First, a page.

Diabetic Nephropathy

A recommended agent in the management of patients with diabetes mellitus and persistent albuminuria† who have modestly elevated (30–300 mg/24 hours) or higher (>300 mg/24 hours) levels of urinary albumin excretion; slows rate of progression of renal disease in such patients.57 58 59 60 61 520 535 536

Stability

Storage

Oral

Tablets

Conventional tablets: 15–30°C.1 Protect from light.1

Fixed combination tablets: 20–25°C.47

Preparations

Excipients in commercially available drug preparations may have clinically important effects in some individuals; consult specific product labeling for details.

Please refer to the ASHP Drug Shortages Resource Center for information on shortages of one or more of these preparations.

* available from one or more manufacturer, distributor, and/or repackager by generic (nonproprietary) name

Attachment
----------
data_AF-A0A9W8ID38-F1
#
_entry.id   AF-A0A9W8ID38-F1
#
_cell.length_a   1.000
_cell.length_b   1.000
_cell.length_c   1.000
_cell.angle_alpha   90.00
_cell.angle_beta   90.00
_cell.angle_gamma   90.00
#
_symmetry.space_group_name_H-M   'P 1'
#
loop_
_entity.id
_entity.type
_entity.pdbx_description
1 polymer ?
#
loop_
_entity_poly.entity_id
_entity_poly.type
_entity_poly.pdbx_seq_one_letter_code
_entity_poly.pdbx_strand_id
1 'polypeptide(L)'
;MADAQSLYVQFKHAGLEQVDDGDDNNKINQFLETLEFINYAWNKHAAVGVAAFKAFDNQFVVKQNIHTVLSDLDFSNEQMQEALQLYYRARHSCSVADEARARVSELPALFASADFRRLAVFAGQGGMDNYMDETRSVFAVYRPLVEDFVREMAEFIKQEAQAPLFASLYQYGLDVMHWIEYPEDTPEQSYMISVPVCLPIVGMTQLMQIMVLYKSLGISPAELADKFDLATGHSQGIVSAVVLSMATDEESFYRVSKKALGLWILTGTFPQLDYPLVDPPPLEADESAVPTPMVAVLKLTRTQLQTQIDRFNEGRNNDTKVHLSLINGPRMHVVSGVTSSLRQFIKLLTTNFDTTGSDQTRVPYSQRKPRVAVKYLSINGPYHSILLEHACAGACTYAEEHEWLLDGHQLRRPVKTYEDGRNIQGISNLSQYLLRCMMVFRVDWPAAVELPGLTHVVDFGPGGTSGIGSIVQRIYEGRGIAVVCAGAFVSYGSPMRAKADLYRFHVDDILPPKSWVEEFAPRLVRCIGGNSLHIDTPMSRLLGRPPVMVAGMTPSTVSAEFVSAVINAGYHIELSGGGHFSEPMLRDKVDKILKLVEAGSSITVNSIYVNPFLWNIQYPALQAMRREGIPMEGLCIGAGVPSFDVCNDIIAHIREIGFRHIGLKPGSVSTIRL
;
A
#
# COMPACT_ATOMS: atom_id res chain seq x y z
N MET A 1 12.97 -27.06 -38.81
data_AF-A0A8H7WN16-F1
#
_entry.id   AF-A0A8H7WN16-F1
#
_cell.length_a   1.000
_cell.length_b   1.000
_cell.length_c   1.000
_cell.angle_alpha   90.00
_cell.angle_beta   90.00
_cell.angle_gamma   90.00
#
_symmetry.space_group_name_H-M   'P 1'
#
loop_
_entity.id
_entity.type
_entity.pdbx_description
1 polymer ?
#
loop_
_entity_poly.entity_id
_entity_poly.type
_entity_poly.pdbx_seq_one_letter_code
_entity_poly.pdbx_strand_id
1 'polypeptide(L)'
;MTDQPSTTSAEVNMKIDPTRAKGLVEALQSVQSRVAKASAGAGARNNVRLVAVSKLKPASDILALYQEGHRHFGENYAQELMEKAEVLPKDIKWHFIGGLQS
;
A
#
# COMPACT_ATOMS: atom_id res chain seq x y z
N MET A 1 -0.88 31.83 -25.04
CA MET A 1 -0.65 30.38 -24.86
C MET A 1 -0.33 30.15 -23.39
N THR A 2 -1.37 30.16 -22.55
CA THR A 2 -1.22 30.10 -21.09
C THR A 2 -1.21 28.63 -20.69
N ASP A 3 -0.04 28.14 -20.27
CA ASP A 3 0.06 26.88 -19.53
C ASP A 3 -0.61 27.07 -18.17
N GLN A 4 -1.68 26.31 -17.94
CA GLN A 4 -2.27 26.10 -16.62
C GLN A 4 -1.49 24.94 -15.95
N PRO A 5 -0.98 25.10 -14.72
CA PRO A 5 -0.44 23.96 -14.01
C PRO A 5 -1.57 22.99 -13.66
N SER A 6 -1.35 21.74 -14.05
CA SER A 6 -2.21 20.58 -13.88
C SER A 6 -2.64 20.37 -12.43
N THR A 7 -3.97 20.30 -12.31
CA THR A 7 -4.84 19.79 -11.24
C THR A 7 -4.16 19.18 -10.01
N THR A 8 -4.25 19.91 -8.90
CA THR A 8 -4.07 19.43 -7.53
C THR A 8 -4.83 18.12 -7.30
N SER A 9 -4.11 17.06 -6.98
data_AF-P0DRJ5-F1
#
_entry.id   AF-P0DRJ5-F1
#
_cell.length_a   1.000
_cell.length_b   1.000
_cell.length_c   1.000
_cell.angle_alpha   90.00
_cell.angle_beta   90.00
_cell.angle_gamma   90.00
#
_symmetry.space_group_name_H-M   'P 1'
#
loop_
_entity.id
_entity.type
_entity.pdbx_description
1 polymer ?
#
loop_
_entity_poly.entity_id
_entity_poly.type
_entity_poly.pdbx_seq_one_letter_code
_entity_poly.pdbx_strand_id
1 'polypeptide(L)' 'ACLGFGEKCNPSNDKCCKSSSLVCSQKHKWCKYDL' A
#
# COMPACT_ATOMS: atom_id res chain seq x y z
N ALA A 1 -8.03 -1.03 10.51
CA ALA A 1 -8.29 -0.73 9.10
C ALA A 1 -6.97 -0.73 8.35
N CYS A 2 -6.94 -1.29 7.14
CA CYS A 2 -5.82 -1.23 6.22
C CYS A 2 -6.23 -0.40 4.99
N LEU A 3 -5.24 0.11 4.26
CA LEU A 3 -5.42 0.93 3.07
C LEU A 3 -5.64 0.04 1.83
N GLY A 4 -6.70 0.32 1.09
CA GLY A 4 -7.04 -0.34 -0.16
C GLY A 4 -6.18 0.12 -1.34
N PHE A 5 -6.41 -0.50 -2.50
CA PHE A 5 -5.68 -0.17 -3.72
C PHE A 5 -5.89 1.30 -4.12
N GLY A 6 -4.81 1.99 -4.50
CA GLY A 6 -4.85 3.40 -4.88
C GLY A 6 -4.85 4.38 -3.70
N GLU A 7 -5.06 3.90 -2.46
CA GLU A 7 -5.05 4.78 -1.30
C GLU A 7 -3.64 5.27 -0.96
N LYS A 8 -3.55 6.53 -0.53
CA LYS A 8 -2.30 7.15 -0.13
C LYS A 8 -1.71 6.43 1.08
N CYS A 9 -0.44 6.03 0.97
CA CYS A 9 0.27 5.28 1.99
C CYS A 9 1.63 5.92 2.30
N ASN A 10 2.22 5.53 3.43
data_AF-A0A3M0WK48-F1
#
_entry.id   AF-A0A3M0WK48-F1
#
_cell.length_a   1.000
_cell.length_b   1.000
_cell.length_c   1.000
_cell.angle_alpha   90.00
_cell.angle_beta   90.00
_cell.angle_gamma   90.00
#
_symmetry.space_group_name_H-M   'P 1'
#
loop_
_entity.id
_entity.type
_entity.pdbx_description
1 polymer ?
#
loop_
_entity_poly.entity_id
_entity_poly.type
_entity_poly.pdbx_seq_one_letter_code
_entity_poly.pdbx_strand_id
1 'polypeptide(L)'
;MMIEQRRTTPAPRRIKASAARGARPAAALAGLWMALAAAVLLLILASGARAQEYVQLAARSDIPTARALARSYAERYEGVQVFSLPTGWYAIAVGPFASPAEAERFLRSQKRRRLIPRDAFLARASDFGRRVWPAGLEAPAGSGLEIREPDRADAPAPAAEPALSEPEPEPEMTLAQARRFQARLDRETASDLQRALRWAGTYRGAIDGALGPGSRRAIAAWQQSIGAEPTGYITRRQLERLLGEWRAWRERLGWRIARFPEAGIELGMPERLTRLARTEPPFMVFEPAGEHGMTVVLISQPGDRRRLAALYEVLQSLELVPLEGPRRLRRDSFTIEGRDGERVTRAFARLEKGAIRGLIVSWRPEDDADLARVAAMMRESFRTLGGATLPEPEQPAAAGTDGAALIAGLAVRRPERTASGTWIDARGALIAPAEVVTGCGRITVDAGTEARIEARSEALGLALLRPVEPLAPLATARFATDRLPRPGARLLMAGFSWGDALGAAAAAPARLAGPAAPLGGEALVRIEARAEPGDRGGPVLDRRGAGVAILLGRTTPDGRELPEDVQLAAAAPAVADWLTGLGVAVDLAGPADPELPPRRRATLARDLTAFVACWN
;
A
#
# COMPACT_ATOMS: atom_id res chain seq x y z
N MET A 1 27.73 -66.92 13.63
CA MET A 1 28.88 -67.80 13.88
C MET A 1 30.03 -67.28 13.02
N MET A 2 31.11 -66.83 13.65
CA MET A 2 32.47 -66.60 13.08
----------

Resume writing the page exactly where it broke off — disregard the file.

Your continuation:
Quinapril Hydrochloride

Routes

Dosage Forms

Strengths

Brand Names

Manufacturer

Oral

Tablets, film-coated

5 mg (of quinapril)*

Accupril (scored)

Pfizer

Quinapril Hydrochloride Tablets

10 mg (of quinapril)*

Accupril

Pfizer

Quinapril Hydrochloride Tablets

20 mg (of quinapril)*

Accupril

Pfizer

Quinapril Hydrochloride Tablets

40 mg (of quinapril)*

Accupril

Pfizer

Quinapril Hydrochloride Tablets

* available from one or more manufacturer, distributor, and/or repackager by generic (nonproprietary) name

Quinapril Hydrochloride Combinations

Routes

Dosage Forms

Strengths

Brand Names

Manufacturer

Oral

Tablets, film-coated

10 mg (of quinapril) with Hydrochlorothiazide 12.5 mg*

Accuretic (scored)

Pfizer

Quinapril Hydrochloride and Hydrochlorothiazide Tablets

Quinaretic

Amide

20 mg (of quinapril) with Hydrochlorothiazide 12.5 mg*

Accuretic

Pfizer

Quinapril Hydrochloride and Hydrochlorothiazide Tablets

Quinaretic

Amide

20 mg (of quinapril) with Hydrochlorithiazide 25 mg*

Accuretic

Pfizer

Quinapril Hydrochloride and Hydrochlorothiazide Tablets

Quinaretic

Amide

Commonly used brand name(s)

In the U.S.

  • Accupril

Available Dosage Forms:

  • Tablet

Therapeutic Class: Antihypertensive

Pharmacologic Class: ACE Inhibitor

How do I store and/or throw out Accupril?

  • Store at room temperature.